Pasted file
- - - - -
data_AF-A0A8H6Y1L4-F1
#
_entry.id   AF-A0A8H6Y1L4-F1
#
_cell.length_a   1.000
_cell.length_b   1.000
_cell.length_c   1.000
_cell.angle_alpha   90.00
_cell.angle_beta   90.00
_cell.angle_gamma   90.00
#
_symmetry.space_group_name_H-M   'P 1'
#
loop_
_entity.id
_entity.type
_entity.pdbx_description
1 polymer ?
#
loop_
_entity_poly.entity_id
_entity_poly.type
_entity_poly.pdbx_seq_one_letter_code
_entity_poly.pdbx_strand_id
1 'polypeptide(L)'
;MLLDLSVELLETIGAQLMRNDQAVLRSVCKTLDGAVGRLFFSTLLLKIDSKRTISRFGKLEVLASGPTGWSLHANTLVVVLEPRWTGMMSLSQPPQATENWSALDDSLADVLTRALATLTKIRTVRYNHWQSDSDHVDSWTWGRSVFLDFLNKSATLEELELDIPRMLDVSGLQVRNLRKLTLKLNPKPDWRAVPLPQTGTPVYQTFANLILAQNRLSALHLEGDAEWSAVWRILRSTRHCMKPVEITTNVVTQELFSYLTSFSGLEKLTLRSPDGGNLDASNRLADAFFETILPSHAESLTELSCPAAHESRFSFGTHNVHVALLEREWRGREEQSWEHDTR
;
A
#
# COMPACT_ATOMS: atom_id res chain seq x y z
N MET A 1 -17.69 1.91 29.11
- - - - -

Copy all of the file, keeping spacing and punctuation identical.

data_AF-A0A8H6Y1L4-F1
#
_entry.id   AF-A0A8H6Y1L4-F1
#
_cell.length_a   1.000
_cell.length_b   1.000
_cell.length_c   1.000
_cell.angle_alpha   90.00
_cell.angle_beta   90.00
_cell.angle_gamma   90.00
#
_symmetry.space_group_name_H-M   'P 1'
#
loop_
_entity.id
_entity.type
_entity.pdbx_description
1 polymer ?
#
loop_
_entity_poly.entity_id
_entity_poly.type
_entity_poly.pdbx_seq_one_letter_code
_entity_poly.pdbx_strand_id
1 'polypeptide(L)'
;MLLDLSVELLETIGAQLMRNDQAVLRSVCKTLDGAVGRLFFSTLLLKIDSKRTISRFGKLEVLASGPTGWSLHANTLVVVLEPRWTGMMSLSQPPQATENWSALDDSLADVLTRALATLTKIRTVRYNHWQSDSDHVDSWTWGRSVFLDFLNKSATLEELELDIPRMLDVSGLQVRNLRKLTLKLNPKPDWRAVPLPQTGTPVYQTFANLILAQNRLSALHLEGDAEWSAVWRILRSTRHCMKPVEITTNVVTQELFSYLTSFSGLEKLTLRSPDGGNLDASNRLADAFFETILPSHAESLTELSCPAAHESRFSFGTHNVHVALLEREWRGREEQSWEHDTR
;
A
#
# COMPACT_ATOMS: atom_id res chain seq x y z
N MET A 1 -17.69 1.91 29.11